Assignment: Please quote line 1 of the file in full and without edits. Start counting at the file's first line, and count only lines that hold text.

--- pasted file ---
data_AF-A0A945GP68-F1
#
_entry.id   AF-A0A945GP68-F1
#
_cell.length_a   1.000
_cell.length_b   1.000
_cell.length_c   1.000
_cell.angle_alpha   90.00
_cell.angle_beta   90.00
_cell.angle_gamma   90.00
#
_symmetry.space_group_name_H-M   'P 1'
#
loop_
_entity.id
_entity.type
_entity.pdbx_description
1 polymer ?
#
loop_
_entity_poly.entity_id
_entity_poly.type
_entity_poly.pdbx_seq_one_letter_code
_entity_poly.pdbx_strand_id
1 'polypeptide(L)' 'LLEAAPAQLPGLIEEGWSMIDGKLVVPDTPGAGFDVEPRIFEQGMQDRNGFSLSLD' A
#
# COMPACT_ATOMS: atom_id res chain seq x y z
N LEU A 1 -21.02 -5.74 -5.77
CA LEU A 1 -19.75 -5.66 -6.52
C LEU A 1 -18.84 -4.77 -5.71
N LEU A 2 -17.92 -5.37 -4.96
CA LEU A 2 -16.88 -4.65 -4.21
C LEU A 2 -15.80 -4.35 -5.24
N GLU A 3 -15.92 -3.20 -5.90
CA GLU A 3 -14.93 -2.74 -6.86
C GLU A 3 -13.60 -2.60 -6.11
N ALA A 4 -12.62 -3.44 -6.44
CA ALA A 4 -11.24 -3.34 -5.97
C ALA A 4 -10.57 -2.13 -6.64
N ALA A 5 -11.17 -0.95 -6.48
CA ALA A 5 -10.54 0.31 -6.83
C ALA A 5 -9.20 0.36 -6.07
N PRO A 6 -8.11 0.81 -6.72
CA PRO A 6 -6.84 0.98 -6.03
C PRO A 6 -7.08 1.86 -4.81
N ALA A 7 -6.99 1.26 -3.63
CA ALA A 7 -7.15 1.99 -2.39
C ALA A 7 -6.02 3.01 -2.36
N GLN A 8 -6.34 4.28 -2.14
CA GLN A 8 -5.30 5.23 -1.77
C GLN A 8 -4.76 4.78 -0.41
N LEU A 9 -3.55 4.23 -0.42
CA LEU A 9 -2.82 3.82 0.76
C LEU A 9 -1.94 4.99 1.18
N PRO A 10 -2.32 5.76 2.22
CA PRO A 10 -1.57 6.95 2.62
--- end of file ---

data_AF-A0A945GP68-F1